► Modern Processes of Steel making
Modern steel making process uses a blast furnace for manufacturing steel. It can be divided into two categories: primary and secondary. Primary steel making includes “converting liquid iron from a blast furnace and steel scrap into steel via basic oxygen steel making or melting scrap steel and/or direct reduced iron (DRI) in an electric arc furnace”.
The secondary process involves alloying. Here alloying agents are like manganese, chromium, nickel, and vanadium are added and dissolved gasses are sent through the lower portion. Dissolved gasses play an important role in controlling the quality of the steel.
► Primary Steel making Process
It is the process of making steel from carbon-rich molten pig iron. As oxygen is passed through the molten pig iron to lower the carbon content of the alloy, the process is also called basic oxygen steelmaking. The word basic is added with it for the chemical nature of the refractories- magnesium oxide and calcium oxide. The basic principal of it is to lower carbon content in pig iron in order to make pure steel from it.
In this method, iron ore is mixed with coke and heated highly in order to form an iron-rich clinker called ‘sinter’. Sintering is an important part of the overall process. It plays a significant role in reducing waste and provides an efficient raw material for iron making. The process emphasizes on continuous casting. Exothermic heat is created with the continuous oxidation reactions at the time of blowing.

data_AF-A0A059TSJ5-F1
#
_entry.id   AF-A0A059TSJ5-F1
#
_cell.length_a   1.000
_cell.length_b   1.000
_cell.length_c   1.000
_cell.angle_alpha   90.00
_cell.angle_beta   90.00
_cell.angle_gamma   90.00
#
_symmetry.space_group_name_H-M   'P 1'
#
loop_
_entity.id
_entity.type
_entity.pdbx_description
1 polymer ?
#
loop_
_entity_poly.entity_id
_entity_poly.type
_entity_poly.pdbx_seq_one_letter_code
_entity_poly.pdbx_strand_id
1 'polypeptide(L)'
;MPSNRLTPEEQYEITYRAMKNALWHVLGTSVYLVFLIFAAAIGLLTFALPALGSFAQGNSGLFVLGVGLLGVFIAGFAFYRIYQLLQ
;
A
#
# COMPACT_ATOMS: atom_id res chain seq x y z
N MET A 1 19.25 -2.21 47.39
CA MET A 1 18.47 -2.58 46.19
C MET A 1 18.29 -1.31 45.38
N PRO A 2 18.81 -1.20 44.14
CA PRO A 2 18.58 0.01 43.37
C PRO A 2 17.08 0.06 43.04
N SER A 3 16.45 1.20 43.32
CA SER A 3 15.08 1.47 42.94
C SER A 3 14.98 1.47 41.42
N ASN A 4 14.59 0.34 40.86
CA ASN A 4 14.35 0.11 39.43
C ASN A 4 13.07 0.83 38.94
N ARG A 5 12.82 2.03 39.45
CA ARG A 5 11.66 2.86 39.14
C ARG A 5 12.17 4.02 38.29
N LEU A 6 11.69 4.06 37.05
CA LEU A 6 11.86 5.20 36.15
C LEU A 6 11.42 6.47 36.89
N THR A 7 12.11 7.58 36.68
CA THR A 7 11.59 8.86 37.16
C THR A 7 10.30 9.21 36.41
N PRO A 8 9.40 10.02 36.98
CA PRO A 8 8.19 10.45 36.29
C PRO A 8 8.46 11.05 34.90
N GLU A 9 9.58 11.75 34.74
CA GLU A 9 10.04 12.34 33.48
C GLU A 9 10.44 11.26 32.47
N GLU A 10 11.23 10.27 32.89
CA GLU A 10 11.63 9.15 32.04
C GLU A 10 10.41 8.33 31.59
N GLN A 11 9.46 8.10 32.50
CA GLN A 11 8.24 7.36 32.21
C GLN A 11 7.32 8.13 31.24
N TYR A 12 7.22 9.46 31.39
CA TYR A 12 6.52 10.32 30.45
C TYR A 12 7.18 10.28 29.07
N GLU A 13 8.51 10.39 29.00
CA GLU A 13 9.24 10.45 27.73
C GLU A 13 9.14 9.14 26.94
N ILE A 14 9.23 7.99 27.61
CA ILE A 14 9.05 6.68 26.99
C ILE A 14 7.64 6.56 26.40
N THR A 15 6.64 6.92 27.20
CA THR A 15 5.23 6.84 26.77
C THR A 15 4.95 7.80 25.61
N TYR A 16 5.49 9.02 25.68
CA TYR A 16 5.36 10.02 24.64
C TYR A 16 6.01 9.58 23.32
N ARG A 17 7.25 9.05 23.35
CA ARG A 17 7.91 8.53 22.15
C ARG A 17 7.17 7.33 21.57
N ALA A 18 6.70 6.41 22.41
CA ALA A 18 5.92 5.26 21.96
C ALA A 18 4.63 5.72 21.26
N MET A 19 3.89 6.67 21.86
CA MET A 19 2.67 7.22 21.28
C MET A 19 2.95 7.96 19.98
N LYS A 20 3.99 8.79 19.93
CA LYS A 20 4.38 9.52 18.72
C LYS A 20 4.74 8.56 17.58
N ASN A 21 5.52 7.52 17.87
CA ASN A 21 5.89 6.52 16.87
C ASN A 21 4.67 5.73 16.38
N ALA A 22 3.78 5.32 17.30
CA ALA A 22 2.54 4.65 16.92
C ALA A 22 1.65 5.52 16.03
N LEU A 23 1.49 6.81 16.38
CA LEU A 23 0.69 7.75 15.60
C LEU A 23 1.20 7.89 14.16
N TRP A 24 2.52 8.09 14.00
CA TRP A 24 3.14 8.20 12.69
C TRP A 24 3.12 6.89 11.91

● Molten pig iron is poured from a blast furnace into a large refractory-lined container called a ladle.
● In the next step, the metal in the container is sent directly for applying basic oxygen steelmaking process. After that high purity oxygen at a pressure of 100-150 psi (pounds per square inch) is sent into the vessel at the supersonic speed that directly hits the surface of the iron bath through a water-cooled lance kept at few feet above the bath. The purpose of doing this is to reduce phosphorus, sulphur and silicon phosphorus before charging the hot metal into the converter. In the case of external desulphurising pretreatment, a lance is lowered into the molten iron in the ladle and quite a few hundred kilograms of powdered magnesium are added. Consequently, the sulphur impurities get reduced and become magnesium sulphide in a violent exothermic reaction.
● After that the sulfide is raked off. The decision to pretreat depends on the quality steel needed. The BOS process is autogenous. It means the thermal energy required for this process is produced during the time of oxidation process. Therefore, maintaining the right charge balance is highly necessary. It fully controls the hot metal, melt, cold scrap, etc. The BOS vessel can be tilted up to 360° and it can be inclined towards the deslagging side for charging scrap for giving the hot metal required the charge. For charging the BOS vessel iron scrap (25%-30%) or steel is used.
● Now this is the next step to set vessel upright and cooling it with cold water. After that a copper tipped lance with 3-7 nozzles is gradually lowered down into it and pure oxygen is passed through it at supersonic speed. It oxygen must be 99% pure. When it will be passed over the hot metal, the carbon within it will be dissolved to produce steel. At first, the carbon will form monoxide and then carbon dioxide. This carbon dioxide increases the temperature and raises the temperature up to 1700 °C. It melts the scrap, reduces the carbon contents (present in molten iron) and removes unnecessary chemical elements.
► Secondary steel making
Apart from primary steelmaking process, there is secondary steelmaking process commonly performed in ladles. This is this method is often called as ladle (metallurgy). There are a few operations conducted in ladles include de-oxidation (or “killing”). There are alloy addition, inclusion chemistry modification, inclusion removal, homogenisation, vacuum degassing, and de-sulphurisation.